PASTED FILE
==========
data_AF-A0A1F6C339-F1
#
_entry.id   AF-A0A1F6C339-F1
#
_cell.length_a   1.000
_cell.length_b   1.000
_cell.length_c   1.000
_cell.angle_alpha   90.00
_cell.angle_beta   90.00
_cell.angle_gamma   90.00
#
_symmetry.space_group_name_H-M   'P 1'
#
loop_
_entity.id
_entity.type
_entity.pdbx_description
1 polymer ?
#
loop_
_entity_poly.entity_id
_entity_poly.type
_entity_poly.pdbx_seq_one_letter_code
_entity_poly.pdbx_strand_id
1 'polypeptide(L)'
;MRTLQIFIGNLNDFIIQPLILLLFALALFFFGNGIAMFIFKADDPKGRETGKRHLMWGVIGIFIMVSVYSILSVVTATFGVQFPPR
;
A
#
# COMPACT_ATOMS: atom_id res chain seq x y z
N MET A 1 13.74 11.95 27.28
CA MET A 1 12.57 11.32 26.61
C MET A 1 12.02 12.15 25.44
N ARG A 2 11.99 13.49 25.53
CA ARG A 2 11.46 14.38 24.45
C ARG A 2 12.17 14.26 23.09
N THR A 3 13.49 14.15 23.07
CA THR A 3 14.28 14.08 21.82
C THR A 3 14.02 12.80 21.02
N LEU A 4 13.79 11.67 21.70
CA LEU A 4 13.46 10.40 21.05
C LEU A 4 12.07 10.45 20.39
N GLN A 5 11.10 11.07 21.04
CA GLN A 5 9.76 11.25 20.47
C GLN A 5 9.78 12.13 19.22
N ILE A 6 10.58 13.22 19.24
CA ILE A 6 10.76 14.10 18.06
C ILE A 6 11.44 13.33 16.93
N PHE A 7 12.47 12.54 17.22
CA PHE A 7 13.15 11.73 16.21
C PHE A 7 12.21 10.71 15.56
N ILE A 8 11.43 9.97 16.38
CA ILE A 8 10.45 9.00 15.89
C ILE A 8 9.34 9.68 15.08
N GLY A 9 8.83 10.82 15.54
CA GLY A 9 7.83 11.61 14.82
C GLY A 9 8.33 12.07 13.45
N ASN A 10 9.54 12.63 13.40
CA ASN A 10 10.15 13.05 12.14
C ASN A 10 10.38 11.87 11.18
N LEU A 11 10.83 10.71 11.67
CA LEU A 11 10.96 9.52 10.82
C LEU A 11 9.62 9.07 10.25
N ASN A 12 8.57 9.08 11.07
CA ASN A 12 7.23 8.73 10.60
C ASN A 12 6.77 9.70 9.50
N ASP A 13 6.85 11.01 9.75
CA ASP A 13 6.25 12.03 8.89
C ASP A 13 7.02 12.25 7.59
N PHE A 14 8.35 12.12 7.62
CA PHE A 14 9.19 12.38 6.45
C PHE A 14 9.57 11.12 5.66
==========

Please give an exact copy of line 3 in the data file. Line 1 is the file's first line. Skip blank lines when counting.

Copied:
_entry.id   AF-A0A1F6C339-F1